First, a little background. My two older sons competed for ten years in the NCFCA (National Christian Forensics and Communication Association), a competitive league for homeschoolers in grades 7-12. I’ve been a judge, coach, and administrator behind the scenes at over 50 tournaments.
So, what is competitive speech and debate?
In competitive speech, a competitor presents their speech three times to three different panels of judges. Those judges watch between four and seven other speeches, one after the other. The judges compare and rank them, and the best ones bubble up to the top.
There are different categories of speeches. A persuasive speech might talk about The Dangers of Video Games, but there are also more dramatic or theatrical presentations where a competitor might present an excerpt from Macbeth. With ten categories and up to 16 placings announced at the closing ceremony, there are lots of opportunities to receive an award.
And that’s just speech. There is also debate.
During a tournament, debaters or teams of debaters are assigned opponents six different times. Each debate winner is decided by a different judge. Just like in speech, the best debaters or teams bubble up and win awards.
Who doesn’t love hearing their name announced during an awards ceremony?
What happens when kids are motivated by awards? Learning happens! The first reason to do speech and debate is the self-directed learning that results. The competitive nature of this activity really caused my sons to dig deep into whatever topic they were preparing to present. I saw them spend hours investigating everything from computer security to drone strikes in Yemen. They argued that the penny should be eliminated from our currency and that student loans should be dischargeable in bankruptcy. Along the way, they learned how to hold a judge’s attention with facts, logic, humor, and drama. It’s the sort of education that they might have received from a private prep school.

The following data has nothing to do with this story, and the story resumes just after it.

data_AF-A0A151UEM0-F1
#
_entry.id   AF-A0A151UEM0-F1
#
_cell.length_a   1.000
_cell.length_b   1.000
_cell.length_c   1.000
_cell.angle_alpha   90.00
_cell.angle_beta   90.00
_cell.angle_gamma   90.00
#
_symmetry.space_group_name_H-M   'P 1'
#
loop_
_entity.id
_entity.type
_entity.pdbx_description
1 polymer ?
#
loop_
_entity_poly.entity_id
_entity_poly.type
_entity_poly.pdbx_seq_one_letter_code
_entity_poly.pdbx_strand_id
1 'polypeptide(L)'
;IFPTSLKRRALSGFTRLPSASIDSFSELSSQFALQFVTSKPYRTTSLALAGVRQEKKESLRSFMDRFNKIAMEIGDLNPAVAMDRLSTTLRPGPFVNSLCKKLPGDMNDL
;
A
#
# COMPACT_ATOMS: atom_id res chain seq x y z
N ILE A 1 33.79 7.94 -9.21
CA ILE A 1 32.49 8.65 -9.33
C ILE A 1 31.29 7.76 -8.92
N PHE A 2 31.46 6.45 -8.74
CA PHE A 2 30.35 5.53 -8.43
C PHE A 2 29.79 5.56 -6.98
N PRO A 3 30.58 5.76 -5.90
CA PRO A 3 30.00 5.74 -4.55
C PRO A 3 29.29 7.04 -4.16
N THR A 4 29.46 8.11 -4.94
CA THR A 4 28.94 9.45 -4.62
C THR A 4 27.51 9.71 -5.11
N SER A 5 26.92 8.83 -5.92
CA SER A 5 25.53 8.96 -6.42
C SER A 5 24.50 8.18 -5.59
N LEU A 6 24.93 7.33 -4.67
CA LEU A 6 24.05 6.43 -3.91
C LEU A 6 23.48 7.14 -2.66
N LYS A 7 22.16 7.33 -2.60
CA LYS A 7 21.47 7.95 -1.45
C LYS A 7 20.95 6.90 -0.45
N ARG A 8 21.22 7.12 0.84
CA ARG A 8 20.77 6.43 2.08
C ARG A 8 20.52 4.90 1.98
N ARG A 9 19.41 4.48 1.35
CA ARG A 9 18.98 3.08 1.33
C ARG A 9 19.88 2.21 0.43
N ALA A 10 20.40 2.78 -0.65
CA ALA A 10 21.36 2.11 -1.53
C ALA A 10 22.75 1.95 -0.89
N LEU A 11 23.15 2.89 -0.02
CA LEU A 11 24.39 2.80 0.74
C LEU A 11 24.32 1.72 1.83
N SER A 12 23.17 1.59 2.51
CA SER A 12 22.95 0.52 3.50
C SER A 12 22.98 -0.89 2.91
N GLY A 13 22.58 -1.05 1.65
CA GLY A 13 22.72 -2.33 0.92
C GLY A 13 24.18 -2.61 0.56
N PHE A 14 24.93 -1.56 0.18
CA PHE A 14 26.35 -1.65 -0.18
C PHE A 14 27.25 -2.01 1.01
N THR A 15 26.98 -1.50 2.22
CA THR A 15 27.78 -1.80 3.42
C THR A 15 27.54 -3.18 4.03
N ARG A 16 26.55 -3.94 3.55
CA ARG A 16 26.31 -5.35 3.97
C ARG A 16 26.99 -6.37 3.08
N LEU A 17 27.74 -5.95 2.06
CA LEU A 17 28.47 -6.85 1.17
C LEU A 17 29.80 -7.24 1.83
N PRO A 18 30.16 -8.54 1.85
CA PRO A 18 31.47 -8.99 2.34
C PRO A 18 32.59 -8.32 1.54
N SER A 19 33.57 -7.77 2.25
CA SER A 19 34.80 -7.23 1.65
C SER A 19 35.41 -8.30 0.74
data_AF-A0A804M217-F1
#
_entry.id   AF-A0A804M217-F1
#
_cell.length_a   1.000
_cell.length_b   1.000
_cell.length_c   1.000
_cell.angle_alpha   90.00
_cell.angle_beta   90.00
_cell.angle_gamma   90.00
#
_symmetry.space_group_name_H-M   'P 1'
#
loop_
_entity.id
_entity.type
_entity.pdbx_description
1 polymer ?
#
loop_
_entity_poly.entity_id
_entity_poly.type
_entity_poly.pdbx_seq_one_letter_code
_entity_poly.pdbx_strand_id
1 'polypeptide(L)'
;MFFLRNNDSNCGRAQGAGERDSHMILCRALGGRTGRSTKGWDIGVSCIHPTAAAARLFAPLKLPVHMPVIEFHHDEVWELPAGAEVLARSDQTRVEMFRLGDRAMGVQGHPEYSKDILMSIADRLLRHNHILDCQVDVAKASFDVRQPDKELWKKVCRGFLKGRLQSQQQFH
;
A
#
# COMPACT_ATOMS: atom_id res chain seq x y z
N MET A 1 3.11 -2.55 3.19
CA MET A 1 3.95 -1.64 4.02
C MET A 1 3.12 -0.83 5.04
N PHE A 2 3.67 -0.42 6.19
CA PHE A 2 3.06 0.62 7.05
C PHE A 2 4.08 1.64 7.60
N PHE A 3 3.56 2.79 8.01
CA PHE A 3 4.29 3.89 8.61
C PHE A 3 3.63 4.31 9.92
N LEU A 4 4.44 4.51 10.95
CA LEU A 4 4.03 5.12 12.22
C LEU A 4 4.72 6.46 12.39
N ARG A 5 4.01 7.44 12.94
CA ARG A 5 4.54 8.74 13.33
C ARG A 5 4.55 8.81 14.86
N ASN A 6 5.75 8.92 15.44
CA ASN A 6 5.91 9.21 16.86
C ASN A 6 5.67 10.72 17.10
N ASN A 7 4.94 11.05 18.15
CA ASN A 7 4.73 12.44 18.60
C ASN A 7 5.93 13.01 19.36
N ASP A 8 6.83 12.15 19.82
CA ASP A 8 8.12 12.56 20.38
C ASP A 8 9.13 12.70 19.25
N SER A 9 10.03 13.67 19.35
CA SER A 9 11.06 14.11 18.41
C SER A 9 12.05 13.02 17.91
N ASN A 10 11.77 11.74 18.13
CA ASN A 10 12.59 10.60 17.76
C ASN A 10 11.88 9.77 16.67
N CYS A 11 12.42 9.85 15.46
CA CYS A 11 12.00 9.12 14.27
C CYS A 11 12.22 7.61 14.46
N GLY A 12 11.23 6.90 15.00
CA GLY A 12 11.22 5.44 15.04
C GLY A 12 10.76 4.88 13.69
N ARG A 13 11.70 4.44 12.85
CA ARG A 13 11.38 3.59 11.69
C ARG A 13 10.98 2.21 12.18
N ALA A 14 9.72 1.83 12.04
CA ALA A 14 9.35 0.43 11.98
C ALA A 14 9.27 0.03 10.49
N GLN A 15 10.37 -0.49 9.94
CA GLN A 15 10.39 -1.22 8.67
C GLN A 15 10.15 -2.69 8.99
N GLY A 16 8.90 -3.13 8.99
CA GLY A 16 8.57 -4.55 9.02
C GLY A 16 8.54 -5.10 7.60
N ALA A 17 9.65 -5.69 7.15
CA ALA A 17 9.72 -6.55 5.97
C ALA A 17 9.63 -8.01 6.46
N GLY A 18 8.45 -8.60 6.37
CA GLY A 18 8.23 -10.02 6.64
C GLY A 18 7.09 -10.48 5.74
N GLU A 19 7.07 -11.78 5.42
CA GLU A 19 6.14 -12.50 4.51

But kids don’t just teach themselves, they learn from their peers. And that leads to my second reason to participate in speech and debate: the friends made along the way. Most competitors are part of a local club where they get coaching from a teacher or other parents. Kids see each other at club meetings, practice events, and tournaments, and bond over shared experiences, like losing to that really good veteran debater. (Learning that there is always someone better than you is a great lesson at a young age.) Soon they are sharing debate strategies and discussing deep personal issues. There is great respect and camaraderie among competitors. My sons maintain contacts and friendships all over the country because of our involvement with speech and debate.
If this has sparked your interest, watch the trailer below about a new documentary on this very topic. I watched the full feature and even though it’s for a different league than the one in which we competed, it’s very similar to what we experienced - you really get a feel for the highs and lows of competition as it follows teens through the tournament season. Will she conquer her nerves? Will he make it to "nationals"?
Both speech and debate have worked well for our family. Yes, there have been expenses: gas, food, hotel, tournament fees, printer ink and, occasionally, plane tickets.
But the payoff has been huge. Beyond the myriad content that my sons have absorbed, they've learned how to:
- speak up for themselves
- make eye contact
- think on their feet
- wear a suit and tie
- use technology to collaborate and/or chat with all their new friends between tournaments
And it's been way cheaper than private school.